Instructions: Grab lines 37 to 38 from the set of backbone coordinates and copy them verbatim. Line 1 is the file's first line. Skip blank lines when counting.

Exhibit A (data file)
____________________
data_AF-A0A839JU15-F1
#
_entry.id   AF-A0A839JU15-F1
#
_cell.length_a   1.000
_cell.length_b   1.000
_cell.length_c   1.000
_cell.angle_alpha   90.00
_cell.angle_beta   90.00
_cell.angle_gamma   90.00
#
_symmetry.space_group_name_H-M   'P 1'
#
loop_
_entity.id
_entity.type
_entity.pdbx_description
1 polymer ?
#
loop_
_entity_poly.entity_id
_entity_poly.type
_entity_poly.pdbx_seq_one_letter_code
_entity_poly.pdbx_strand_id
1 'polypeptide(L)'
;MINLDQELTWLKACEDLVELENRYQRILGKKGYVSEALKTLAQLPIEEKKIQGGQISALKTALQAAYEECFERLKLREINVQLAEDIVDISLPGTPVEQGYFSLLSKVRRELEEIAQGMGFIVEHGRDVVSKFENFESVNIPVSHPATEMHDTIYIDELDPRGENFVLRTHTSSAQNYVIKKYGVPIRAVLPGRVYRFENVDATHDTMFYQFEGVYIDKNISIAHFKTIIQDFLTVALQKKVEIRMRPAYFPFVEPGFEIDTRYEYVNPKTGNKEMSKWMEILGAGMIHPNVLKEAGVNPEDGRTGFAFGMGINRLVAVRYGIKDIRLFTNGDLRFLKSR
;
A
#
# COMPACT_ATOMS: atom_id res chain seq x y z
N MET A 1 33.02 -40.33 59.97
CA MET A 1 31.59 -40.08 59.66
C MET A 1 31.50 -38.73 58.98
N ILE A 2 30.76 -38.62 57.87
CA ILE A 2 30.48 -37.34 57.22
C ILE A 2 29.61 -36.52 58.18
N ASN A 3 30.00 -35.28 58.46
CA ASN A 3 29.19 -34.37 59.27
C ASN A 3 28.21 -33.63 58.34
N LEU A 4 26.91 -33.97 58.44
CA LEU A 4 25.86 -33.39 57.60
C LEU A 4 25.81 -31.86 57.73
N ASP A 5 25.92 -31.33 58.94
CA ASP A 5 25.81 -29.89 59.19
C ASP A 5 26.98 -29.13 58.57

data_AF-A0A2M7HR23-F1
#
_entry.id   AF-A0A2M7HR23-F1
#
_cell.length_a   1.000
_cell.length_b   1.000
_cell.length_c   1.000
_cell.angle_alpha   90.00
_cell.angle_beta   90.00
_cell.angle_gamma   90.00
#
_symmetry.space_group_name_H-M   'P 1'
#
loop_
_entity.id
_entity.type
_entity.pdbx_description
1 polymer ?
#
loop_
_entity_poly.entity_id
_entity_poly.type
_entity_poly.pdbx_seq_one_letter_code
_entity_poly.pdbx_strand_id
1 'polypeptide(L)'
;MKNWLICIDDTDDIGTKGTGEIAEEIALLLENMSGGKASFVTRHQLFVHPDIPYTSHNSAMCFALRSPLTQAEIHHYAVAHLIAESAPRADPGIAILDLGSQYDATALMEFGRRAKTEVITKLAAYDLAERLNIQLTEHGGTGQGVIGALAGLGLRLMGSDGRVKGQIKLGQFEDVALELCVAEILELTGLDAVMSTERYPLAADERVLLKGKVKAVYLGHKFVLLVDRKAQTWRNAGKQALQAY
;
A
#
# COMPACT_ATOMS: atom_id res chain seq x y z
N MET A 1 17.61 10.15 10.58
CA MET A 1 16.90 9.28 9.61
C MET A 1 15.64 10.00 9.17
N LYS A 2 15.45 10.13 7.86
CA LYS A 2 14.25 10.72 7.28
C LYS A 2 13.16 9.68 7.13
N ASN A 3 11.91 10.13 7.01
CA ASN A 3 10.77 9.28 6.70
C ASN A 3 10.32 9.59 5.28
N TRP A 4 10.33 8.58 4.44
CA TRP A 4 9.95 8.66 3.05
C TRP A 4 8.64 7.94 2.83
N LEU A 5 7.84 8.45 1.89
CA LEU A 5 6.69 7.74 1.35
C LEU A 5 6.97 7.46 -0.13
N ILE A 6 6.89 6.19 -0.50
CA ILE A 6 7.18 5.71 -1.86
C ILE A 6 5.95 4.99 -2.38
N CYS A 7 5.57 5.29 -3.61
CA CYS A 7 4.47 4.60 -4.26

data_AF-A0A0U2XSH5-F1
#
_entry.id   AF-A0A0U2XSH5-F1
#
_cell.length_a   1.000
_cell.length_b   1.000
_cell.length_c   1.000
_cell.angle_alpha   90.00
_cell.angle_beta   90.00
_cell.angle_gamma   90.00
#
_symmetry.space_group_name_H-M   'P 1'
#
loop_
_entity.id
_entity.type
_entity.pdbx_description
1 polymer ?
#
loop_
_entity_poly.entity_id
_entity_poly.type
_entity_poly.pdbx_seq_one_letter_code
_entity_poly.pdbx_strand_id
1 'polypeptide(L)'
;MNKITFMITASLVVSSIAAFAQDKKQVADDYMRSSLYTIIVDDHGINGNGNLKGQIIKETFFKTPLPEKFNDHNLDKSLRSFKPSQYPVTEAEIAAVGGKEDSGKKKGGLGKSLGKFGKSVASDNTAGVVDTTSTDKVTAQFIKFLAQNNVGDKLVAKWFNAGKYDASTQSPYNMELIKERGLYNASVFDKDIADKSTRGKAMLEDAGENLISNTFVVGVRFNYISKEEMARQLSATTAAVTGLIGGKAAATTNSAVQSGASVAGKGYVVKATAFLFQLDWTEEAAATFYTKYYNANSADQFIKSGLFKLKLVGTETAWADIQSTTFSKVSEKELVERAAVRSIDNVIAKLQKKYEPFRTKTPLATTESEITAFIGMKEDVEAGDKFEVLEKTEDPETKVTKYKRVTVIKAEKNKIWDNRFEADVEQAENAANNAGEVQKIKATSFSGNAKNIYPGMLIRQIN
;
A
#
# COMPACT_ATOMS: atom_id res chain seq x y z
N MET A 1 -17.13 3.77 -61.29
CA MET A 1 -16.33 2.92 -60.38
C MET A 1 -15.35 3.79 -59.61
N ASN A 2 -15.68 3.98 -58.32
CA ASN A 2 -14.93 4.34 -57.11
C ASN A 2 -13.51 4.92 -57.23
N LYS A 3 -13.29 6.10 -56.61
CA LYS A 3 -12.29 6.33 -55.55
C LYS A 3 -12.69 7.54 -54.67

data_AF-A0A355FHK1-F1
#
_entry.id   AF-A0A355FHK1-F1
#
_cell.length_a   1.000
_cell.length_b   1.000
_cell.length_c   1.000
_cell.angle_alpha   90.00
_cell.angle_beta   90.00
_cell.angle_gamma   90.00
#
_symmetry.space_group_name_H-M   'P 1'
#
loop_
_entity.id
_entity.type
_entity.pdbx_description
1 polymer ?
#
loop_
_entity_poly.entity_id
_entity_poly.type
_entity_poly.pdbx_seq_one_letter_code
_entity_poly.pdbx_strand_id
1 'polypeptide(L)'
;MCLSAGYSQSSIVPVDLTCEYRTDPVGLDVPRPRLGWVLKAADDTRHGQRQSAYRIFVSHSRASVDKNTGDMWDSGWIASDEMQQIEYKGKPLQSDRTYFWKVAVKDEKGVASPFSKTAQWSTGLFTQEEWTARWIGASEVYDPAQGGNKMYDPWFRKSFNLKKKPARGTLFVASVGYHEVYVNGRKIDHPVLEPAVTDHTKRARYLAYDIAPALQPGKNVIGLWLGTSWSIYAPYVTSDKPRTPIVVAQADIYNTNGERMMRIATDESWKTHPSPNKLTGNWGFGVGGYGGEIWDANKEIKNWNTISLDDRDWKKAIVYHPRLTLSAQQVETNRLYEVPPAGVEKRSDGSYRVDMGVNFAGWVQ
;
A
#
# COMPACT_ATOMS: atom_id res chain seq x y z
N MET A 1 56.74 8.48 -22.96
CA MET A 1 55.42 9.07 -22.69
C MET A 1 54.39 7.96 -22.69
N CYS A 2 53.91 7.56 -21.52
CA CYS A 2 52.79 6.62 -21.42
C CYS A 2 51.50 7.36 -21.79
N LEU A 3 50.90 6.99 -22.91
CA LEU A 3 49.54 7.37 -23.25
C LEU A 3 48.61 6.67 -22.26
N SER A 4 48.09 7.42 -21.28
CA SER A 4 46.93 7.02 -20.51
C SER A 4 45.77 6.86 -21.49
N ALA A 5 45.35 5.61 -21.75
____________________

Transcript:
N ASN A 3 30.00 -35.28 58.46
CA ASN A 3 29.19 -34.37 59.27